Mr. MacAdam’s Indian career commenced in 1865, when he was appointed a second class Resident Engineer on the East Indian Railway. He was posted to the Jubbulpore branch and had charge of 30 miles of heavy construction.

On the completion of that work he joined, in May, 1868, the Oudh and Rohilkund Railway as a first class Resident Engineer. The main line was then about to be commenced and Mr. MacAdam was placed in charge of a division of 60 miles. He made the surveys for this division and superintended the execution of the works thereon, retaining charge of the district after it was opened for traffic.

It was in 1869, while engaged on these works, that Mr. MacAdam met with severe injuries, due to the collapse of the arched roof of an empty brick-kiln. This mishap confined him to his bed for over two months, and necessitated the use of a crutch for eight years; and as it gradually led to a breakdown of his health, he was ultimately compelled to avail himself of a period of eighteen months’ rest on furlough in Europe. In due course he returned to duty; but, although apparently restored to his former strength, the accident never failed to tell against him, and a few years ago greatly exhausted him.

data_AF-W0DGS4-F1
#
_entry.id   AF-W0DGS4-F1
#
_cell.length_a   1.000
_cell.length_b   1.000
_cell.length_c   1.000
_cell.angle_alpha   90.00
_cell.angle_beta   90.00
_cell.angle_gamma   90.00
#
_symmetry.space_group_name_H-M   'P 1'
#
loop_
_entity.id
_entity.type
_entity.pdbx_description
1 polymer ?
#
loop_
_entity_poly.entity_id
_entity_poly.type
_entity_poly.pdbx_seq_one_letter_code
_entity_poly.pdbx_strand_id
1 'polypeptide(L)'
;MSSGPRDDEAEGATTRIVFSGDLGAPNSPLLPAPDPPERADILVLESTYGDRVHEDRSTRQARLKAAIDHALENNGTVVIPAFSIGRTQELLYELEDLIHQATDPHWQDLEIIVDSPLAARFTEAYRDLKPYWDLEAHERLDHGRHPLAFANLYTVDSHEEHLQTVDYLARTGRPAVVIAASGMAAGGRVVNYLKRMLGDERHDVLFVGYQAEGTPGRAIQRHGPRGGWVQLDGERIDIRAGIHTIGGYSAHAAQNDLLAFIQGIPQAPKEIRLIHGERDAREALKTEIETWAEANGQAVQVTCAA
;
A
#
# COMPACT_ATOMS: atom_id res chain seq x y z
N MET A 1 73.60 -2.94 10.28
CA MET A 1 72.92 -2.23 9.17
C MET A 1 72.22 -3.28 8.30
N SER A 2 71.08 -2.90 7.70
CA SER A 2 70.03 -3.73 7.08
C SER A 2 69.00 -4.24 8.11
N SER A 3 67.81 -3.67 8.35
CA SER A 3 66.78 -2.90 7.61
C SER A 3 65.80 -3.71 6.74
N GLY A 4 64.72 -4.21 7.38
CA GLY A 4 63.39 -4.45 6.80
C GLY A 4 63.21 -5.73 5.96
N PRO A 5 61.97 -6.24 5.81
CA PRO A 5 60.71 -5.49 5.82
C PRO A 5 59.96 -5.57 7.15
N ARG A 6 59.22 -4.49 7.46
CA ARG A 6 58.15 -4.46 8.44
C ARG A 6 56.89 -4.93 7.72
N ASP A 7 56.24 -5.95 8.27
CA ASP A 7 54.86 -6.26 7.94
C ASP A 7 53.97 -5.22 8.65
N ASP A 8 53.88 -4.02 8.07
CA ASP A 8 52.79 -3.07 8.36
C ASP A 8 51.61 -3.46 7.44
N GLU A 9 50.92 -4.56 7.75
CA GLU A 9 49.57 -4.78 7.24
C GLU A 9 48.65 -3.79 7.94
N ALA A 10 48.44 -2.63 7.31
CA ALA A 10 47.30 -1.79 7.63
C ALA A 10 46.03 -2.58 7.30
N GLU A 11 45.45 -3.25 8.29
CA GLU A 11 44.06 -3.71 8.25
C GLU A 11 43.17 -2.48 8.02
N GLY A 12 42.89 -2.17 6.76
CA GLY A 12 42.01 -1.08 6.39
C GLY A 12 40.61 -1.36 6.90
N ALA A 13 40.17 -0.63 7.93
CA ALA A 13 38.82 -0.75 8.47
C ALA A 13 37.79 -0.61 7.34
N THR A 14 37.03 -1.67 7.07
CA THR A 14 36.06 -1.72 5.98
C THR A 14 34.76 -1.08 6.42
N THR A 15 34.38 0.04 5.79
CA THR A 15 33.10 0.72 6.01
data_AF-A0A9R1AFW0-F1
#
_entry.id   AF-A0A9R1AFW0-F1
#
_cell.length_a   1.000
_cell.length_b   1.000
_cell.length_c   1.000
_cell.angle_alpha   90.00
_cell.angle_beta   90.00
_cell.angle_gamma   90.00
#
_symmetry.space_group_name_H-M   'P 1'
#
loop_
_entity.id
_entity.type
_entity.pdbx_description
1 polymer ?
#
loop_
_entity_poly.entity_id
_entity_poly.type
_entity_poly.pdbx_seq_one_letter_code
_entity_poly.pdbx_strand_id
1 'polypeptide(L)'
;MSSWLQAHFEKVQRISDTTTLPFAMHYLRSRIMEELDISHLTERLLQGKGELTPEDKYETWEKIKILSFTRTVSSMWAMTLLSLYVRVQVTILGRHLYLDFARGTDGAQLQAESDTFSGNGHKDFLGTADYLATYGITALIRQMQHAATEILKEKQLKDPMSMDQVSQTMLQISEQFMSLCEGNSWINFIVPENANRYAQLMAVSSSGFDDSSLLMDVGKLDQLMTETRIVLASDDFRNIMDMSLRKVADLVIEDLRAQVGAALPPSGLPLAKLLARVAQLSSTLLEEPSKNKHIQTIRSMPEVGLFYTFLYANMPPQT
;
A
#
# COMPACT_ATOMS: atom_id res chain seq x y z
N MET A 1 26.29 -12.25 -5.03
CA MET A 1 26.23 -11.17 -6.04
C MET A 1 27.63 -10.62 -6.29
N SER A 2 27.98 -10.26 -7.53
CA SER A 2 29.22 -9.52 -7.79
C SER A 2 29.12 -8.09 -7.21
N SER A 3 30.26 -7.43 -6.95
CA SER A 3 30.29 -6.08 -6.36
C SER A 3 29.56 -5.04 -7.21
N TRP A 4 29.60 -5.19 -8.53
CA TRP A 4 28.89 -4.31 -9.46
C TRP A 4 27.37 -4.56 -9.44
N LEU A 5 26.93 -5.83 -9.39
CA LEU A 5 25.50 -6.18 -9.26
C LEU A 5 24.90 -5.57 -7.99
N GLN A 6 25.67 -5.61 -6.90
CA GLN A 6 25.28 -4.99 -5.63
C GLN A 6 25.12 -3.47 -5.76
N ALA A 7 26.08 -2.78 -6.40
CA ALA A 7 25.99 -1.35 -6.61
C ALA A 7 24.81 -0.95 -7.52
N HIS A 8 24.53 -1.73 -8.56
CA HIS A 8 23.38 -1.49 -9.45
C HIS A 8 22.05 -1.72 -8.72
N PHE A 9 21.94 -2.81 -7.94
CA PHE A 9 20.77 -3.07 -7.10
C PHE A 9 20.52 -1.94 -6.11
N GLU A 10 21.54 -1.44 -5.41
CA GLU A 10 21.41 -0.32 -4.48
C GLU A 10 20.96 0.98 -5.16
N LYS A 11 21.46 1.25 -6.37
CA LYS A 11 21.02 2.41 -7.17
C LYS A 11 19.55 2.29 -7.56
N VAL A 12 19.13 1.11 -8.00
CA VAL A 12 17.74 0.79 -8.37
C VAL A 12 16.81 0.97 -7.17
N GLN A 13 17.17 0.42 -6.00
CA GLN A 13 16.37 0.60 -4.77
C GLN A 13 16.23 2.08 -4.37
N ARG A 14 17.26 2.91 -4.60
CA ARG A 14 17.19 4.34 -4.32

In 1878-79, during the absence of his chief on twelve months’ furlough, Mr. MacAdam was selected as the senior executive engineer to act in place of that officer, and later on, during his chief‘s second absence (this time on special duty in London connected with the erection of a bridge over the River Ganges at Benares) he was again placed in charge.